Wichita Heights' Perry Ellis selected as McDonald’s All-American
02/09/2012 5:00 AM
08/05/2014 5:59 PM
Heights senior Perry Ellis was named a McDonald’s All-American on Thursday and will be one of 24 seniors playing in the annual all-star game March 28 at Chicago’s United Center.
“This was one of my goals coming in, to show that hard work really pays off,” Ellis said. “I’m just really blessed to be selected. I just thank God for giving me the ability to do all this. I’ve been working real hard, too. Hard work really pushed me through this.”
Ellis, who averages 26.1 points and 9.7 rebounds, set the City League scoring record this season, breaking the record set by Kapaun Mount Carmel’s Greg Dreiling in 1981. Ellis is a three-time All-State selection, a three-time Kansas Gatorade Player of the Year and a three-time Class 6A champion.
Heights will try to tie Moundridge for the state’s longest boys winning streak with a win at Northwest tonight.
Other Kansans named All-Americans were Leavenworth’s Wayne Simien (2001), Wichita’s Korleone Young (1998, while at Virginia’s Hargrave Academy), Lawrence’s Danny Manning (1984), Dreiling (1981), Heights’ Aubrey Sherrod (1981), Heights’ Antoine Carr (1979), South’s Ricky Ross (1979) and Heights’ Darnell Valentine (1977).
“So many great people have been to it before me. It’s an honor to be in something they were a part of,” Ellis said.
East’s frustrations — The East boys entered the season considered one of the state’s top teams. But the Aces (10-6) have lost two straight.
Tonight East plays at Kapaun, which has lost three straight. East also had a three-game losing streak in early January when it lost to Kapaun, Northwest and Heights.
“It’s very frustrating at this point for me and for the guys,” East coach Ron Allen said. “We’re just trying to stay positive and keep our heads up and keep working through with the mindset that something is going to break the way we want it to. It hasn’t happened yet.”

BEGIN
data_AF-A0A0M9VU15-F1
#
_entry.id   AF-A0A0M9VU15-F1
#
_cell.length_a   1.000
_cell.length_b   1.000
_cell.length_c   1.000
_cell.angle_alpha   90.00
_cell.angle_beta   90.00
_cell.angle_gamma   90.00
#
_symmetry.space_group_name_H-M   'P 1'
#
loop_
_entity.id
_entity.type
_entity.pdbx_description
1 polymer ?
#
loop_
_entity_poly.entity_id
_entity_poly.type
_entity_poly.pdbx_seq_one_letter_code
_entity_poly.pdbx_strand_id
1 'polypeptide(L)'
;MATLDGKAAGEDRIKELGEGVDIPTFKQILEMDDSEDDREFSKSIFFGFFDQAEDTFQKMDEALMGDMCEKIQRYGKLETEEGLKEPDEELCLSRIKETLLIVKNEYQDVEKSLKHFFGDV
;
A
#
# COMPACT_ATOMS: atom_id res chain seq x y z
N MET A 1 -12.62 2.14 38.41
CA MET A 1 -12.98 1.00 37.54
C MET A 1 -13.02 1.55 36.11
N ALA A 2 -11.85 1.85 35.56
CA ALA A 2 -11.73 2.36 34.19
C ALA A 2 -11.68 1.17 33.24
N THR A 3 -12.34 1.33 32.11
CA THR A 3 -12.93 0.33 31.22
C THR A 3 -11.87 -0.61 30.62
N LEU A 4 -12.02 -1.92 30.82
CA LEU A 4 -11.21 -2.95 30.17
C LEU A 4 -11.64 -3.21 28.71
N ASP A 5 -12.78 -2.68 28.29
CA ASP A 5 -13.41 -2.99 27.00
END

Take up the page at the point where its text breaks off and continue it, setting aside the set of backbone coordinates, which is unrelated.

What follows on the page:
East is led by Jalen Love, who is averaging 17.3 points. Nathan Jackson averages 11.6.
Allen is searching for answers by watching tape of games played earlier in the season and comparing them to East’s play now. There’s a combination of factors contributing to East’s struggles, including poor third-quarter play, but Allen is focusing on free throws. Missed free throws were an issue in a three-point loss at North and a four-point loss at Southeast.
“This is tough, but you have to stay encouraged,” Allen said. “You don’t start moping. We have to correct our mistakes and keep moving forward.”
Continued improvement — South senior Jessa Molina, who will play at Binghamton (N.Y.) next year, is playing the kind of basketball first-year coach Antwain Scales wants to see from her.
“She’s playing good,” Scales said. “Jess has went through a lot She’s had a coaching change. I’m a fair-but-firm coach and I’ve shown her how coaching is done at the next level. At first, for the most part, she wasn’t buying in. She has the utmost potential, but she needed to maximize that to the most of her ability. She’s playing exceptional for us.”
Molina and South (10-5) will have a test tonight when North (6-10) visits. North, which defeated Carroll on Tuesday, is led by a tandem of inside players — Naomi Rosales and Maddie Northcutt.
Keeping a memory alive — It’s been less than a year since Carroll grad Kathleen Duling died in a car accident, but the memory of her is still strong for the Eagles’ girls team.
There’s a memorial of Duling in a glass case at Carroll, but the Eagles wanted to do more than that, to show that Duling is in their thoughts. Duling was a senior when the current seniors and juniors were freshmen and sophomores. They looked up to her.
So coach Don Racine wears a ribbon during games with Duling’s initials and a basketball, and the players wear similar ribbons on their warmup shirts.
Duling’s death “hit the whole Bishop Carroll community very hard,” Racine said. “It was a shock to everybody. She was one of the special ones. They are all special, but she was, she worked hard at basketball and she got what she accomplished, and she was happy with it. She was just always a good, happy kid.”
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